As many home and business owners strive to be more environmentally-friendly, reclaimed wood products are becoming increasingly popular. What many fail to realise is how important preparing reclaimed wood is to getting the most out of it.
In this guide, we’ll take you through the how to properly prepare your reclaimed wood for its next role and how you can put it to good use.
Step one: Inspecting/cleaning the wood
Many items of reclaimed wood can be in a pretty sorry state, but they can usually be brought back to their original glory with some love, attention and just a few adjustments.
Firstly, you’ll want to give the wood a good clean and this can easily be achieved with a basic washing detergent and a toothbrush or handled poly scrub brush. You’ll also want a pair of latex gripping gloves – as not only, as the name suggests, will they help you get a good grip of the wood, it’ll save your hands from inevitable splinters too.
After you’ve scrubbed the board, make sure to rinse thoroughly to get rid of the soapy residue, so it won’t stay damp for too long.
Washing the wood is best done outside on a dry, sunny day. That way, the sun will do most of the drying work for you. You don’t want your wood to remain wet for a long period of time, because mould loves moist conditions, so you’ll need to identify a good place for the wood to dry. Those craft-lovers among you may like to improvise by using concrete blocks and wood as a drying rack.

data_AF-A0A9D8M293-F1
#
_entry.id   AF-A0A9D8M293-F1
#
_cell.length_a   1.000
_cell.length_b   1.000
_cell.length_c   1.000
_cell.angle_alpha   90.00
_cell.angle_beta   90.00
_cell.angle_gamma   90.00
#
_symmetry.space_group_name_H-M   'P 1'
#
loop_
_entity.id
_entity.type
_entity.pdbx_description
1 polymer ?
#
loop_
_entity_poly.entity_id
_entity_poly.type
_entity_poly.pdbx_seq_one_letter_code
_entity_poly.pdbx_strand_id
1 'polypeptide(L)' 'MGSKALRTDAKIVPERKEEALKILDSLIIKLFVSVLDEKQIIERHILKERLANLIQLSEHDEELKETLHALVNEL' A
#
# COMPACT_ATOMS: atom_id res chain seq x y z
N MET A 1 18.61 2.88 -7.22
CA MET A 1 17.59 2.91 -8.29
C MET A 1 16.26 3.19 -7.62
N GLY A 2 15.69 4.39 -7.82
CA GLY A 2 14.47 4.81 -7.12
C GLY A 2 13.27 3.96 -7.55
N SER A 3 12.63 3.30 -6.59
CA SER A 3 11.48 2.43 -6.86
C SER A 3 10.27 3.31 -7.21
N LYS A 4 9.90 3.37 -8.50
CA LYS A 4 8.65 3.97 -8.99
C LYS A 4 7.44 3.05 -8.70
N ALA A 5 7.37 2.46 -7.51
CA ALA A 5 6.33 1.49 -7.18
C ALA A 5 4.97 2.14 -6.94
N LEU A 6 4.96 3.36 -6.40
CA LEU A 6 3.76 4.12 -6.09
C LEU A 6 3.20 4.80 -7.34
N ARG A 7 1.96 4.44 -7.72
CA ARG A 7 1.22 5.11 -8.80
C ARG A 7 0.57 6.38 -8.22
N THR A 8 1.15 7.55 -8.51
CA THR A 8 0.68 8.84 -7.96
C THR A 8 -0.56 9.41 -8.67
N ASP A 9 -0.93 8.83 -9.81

Step two: Preparation
The next step is preparing the wood/boards for any machinery work such as a jointer/planer.
Further inspection is needed to ensure it is metal-free. While removing nails or tacks is completely optional – you might be going for that rustic look – any metal in the wood can damage the blades of a machine.
A hand sander is a great way to find any last bits of metal you may have missed by eye - look out for any shiny dots or you may hear a metallic ‘clink’ sound when the sander hits the metal.
Other problem areas to look out for are cracks, loose knots and rotten wood. It's especially vital to extricate rot, since this can be akin to cancer for wood – spreading quickly and undermining the stability of your timber. You’re not going to want to plane any boards that have signs of these above, as they will look unsightly and won't be stable.
Next, ensure the wood planks are even – if they're not, the best way is to cut the ends off the boards. This will help to feed it into the planer in the next step.
Step three: Machine-work
Machinery, such as a jointer or planer, is a great way to fix any imperfections in reclaimed wood.
A jointer is used to make the face of a warped, twisted, or bowed board flat. After the wood/boards are flat, then the jointer can be used to straighten and square the edges.
After flattening, a planer can be used to ensure the wood is of equal thickness from end-to-end.
To do this, measure the width of the board and adjust the planer appropriately. The planer needs to be set slightly wider than the board so the wood can slide right through. For example, if your board measures two inches, the planer should be set for 2.125 inches.
Always send a practice board through first and that way, you can adjust the machine accordingly - a little bit at a time. You’ll want the machine to take off just a little bit of wood off the board, to ensure a smooth and even finish.
Some wood may require to be put through a second or third time, because all planers have limits to how much wood they can remove in one pass. And if you have multiple boards that need to be the same thickness, you should pass all of the boards through at the measurement of the thinnest board.
Now your reclaimed wood is fully-prepared, there are a wide variety of ways it can be used. Most popularly used for home furniture such as coffee tables and cabinets, reclaimed wood offers a unique look that not only has stood the test of time, but has a history that can’t be matched by buying new.